Nickelodeon brought green slime to the forefront of television with its 1986 program, Double Dare. A combination of quiz show and obstacle course, the kid’s network made sure to provide plenty of slime, jelly, syrup, and other forms of goo.
Host Marc Summers started things off by having the two competing teams, decked out in safety helmets, start with a “physical challenge.” This consisted of pushing apples with their noses in a wheelbarrow race, throwing eggs to their partners who cracked them on their heads, or wrapping their partners in toilet paper. Whoever could finish the stunt first controlled the game.
Once the first mess had been made, Summers introduced the teams with names like “Ghastly Goobers” and “Stud Muffins.” He was joined by his assistants Robin, Dave and Jamie, and “Harvey” the announcer who never shied away from teasing the host.
The initial coin toss decided what team was in control. Marc then asked that team a question. If they knew the answer they could win $10. If they didn’t, or if they thought the other team didn’t, they had the option of daring the opposing team to answer it for $20. The second team could answer correctly and win the money, or double dare back to the first team, raising the stakes again to $40.
At this point, the first team could either answer the question correctly or opt for the physical challenge. Both would win the team $40, but the second option was definitely messier. The team might be asked to fill up a cup with sprayed whipped cream while one player held the cup in his or her mouth, catch an egg with a pair of cymbals while blindfolded, or toss pies into another players big clown pants. The options were endless.
Dollar values doubled in the second round, and the team with the most money at the end went on to face the obstacle course. It consisted of eight different challenges, each with its own prize and its own orange flag. If the team could get all the orange flags in under a minute, they won the grand prize – a trip to Walt Disney World, Space Camp, or some other totally cool family trip.
The obstacle course consisted of one slimy mess after another. There was the Sundae Slide, which had them running up a ramp coated with chocolate syrup. The Slime Canal meant diving under a bar in a kiddie pool that was filled with the aforementioned green slime. They could pedal a tricycle across a slippery surface in the Icy Trike, or play Pick It, where they had to find the flag inside a giant nose.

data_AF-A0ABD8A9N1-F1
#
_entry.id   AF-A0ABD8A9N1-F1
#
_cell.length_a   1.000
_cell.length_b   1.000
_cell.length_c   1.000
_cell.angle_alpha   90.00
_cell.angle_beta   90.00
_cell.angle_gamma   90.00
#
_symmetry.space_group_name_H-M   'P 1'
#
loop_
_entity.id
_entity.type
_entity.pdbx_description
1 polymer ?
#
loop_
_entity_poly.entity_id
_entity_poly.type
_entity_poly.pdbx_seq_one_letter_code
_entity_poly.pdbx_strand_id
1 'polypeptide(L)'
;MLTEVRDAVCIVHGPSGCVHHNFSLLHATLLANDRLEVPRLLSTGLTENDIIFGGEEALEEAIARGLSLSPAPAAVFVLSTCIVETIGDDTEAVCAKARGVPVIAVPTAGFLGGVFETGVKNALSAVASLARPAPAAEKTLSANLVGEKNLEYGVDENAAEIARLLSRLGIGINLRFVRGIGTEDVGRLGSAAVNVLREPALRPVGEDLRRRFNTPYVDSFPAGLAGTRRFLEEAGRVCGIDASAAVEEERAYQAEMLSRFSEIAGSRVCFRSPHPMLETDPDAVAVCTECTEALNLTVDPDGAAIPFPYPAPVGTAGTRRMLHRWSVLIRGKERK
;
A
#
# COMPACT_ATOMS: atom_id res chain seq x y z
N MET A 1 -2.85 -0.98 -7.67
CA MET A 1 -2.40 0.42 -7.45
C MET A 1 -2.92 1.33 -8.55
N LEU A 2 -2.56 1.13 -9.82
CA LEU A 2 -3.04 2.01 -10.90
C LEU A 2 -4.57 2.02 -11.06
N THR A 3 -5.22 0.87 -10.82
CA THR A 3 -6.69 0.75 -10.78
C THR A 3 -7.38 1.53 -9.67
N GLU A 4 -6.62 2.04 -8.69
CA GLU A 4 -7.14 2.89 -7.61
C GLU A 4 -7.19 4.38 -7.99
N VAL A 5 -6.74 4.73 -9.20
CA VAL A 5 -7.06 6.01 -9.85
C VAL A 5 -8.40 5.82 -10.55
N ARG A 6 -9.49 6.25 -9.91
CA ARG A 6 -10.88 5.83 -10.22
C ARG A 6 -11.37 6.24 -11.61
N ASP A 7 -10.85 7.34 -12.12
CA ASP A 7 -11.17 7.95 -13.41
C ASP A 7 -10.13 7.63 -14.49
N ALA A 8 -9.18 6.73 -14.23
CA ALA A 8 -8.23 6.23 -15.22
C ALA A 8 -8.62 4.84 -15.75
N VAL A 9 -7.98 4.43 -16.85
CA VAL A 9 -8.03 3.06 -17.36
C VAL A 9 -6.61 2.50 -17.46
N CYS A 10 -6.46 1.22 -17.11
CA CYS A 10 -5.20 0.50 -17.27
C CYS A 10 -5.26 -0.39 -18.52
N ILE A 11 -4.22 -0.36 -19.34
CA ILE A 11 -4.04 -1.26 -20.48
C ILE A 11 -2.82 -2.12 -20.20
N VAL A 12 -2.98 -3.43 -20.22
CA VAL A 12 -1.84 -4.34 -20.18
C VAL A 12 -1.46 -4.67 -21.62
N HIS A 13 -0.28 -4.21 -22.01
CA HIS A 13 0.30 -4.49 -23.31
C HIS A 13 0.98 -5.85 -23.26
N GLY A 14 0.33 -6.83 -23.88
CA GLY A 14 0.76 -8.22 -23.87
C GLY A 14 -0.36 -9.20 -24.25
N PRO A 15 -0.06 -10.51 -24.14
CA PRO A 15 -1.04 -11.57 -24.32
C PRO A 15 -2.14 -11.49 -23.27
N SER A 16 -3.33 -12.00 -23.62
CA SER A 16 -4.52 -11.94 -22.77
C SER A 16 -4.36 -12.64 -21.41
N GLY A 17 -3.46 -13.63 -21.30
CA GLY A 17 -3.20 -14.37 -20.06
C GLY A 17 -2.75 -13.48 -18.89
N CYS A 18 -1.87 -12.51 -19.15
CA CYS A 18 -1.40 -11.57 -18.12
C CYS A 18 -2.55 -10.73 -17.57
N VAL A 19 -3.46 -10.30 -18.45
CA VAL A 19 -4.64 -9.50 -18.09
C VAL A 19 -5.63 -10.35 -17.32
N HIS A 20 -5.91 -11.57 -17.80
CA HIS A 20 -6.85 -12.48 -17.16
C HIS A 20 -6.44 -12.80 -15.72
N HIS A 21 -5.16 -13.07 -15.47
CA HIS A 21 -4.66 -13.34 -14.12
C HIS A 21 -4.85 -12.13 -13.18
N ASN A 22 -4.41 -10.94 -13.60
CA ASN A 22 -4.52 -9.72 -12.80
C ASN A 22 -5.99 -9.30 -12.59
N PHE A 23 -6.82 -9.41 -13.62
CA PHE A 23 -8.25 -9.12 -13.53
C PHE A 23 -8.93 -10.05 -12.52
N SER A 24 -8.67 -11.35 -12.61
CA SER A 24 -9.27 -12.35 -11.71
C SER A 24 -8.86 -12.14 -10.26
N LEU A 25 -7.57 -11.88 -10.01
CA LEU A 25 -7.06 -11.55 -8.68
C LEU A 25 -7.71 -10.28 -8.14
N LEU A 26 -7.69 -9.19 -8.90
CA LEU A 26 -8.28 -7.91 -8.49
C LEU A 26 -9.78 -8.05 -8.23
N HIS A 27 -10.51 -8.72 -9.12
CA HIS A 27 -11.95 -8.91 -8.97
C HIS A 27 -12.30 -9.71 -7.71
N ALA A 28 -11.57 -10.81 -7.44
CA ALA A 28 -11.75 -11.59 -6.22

Double Dare was the first game show on Nickelodeon, but it proved so popular that it was soon joined by Finders Keepers in 1987, and an array of new game shows ever since.
Fox picked up Family Double Dare for their prime time lineup in the spring and summer of 1988. In this version, Mom and Dad were added to the team, and the prize was now a new car. After three months on Fox, the show moved to Nick in 1990 and the original show changed it’s name to Super Sloppy Double Dare, no doubt to capitalize on the sliminess that was the show’s calling card. The show was cancelled in 1991, leaving Family Double Dare to carry on the gooey tradition until 1993.
After showing reruns for the rest of the 90s, Nick brought a new version of the show to the network in January 2000 called Double Dare 2000. With host Jason Harris and announcer Tiffany Phillips, the updated show provided kids a whole new opportunity to get coated with slime, goo, and gak. We double dare you to say what could be better than that.
If you were a fan of the messy mayhem that was Double Dare, we invite you to share your memories of watching this classic kids game show, here at Retroland.